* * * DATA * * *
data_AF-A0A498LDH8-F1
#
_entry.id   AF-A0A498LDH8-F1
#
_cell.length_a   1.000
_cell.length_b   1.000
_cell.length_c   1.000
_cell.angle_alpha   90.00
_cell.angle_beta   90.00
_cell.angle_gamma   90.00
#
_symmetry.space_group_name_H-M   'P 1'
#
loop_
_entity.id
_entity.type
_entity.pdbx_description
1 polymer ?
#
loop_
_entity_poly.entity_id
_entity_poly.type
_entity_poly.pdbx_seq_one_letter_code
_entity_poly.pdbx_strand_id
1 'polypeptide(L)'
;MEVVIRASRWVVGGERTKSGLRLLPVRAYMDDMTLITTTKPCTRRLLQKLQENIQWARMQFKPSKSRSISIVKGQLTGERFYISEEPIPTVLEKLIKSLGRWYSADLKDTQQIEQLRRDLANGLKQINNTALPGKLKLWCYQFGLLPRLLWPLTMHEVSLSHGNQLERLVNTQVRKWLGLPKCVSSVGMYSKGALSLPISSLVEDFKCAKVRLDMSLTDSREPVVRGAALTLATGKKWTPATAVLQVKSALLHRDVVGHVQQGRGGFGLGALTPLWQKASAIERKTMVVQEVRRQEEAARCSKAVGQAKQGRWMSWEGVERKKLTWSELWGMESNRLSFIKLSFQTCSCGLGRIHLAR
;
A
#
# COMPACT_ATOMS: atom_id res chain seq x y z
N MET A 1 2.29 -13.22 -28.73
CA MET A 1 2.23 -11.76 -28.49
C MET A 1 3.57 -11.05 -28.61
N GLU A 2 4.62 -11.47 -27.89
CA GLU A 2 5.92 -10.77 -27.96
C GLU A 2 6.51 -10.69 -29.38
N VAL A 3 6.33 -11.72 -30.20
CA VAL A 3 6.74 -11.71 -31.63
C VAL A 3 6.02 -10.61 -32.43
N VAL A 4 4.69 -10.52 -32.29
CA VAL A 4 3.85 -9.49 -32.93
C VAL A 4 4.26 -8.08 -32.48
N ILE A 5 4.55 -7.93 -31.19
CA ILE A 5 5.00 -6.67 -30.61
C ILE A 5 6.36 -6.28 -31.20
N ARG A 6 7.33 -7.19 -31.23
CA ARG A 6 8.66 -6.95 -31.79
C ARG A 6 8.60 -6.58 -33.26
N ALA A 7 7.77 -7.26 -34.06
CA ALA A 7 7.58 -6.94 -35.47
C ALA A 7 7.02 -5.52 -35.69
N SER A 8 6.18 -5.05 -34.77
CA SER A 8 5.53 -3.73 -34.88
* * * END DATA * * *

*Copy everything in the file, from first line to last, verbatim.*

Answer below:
data_AF-A0A498LDH8-F1
#
_entry.id   AF-A0A498LDH8-F1
#
_cell.length_a   1.000
_cell.length_b   1.000
_cell.length_c   1.000
_cell.angle_alpha   90.00
_cell.angle_beta   90.00
_cell.angle_gamma   90.00
#
_symmetry.space_group_name_H-M   'P 1'
#
loop_
_entity.id
_entity.type
_entity.pdbx_description
1 polymer ?
#
loop_
_entity_poly.entity_id
_entity_poly.type
_entity_poly.pdbx_seq_one_letter_code
_entity_poly.pdbx_strand_id
1 'polypeptide(L)'
;MEVVIRASRWVVGGERTKSGLRLLPVRAYMDDMTLITTTKPCTRRLLQKLQENIQWARMQFKPSKSRSISIVKGQLTGERFYISEEPIPTVLEKLIKSLGRWYSADLKDTQQIEQLRRDLANGLKQINNTALPGKLKLWCYQFGLLPRLLWPLTMHEVSLSHGNQLERLVNTQVRKWLGLPKCVSSVGMYSKGALSLPISSLVEDFKCAKVRLDMSLTDSREPVVRGAALTLATGKKWTPATAVLQVKSALLHRDVVGHVQQGRGGFGLGALTPLWQKASAIERKTMVVQEVRRQEEAARCSKAVGQAKQGRWMSWEGVERKKLTWSELWGMESNRLSFIKLSFQTCSCGLGRIHLAR
;
A
#
# COMPACT_ATOMS: atom_id res chain seq x y z
N MET A 1 2.29 -13.22 -28.73
CA MET A 1 2.23 -11.76 -28.49
C MET A 1 3.57 -11.05 -28.61
N GLU A 2 4.62 -11.47 -27.89
CA GLU A 2 5.92 -10.77 -27.96
C GLU A 2 6.51 -10.69 -29.38
N VAL A 3 6.33 -11.72 -30.20
CA VAL A 3 6.74 -11.71 -31.63
C VAL A 3 6.02 -10.61 -32.43
N VAL A 4 4.69 -10.52 -32.29
CA VAL A 4 3.85 -9.49 -32.93
C VAL A 4 4.26 -8.08 -32.48
N ILE A 5 4.55 -7.93 -31.19
CA ILE A 5 5.00 -6.67 -30.61
C ILE A 5 6.36 -6.28 -31.20
N ARG A 6 7.33 -7.19 -31.23
CA ARG A 6 8.66 -6.95 -31.79
C ARG A 6 8.60 -6.58 -33.26
N ALA A 7 7.77 -7.26 -34.06
CA ALA A 7 7.58 -6.94 -35.47
C ALA A 7 7.02 -5.52 -35.69
N SER A 8 6.18 -5.05 -34.77
CA SER A 8 5.53 -3.73 -34.88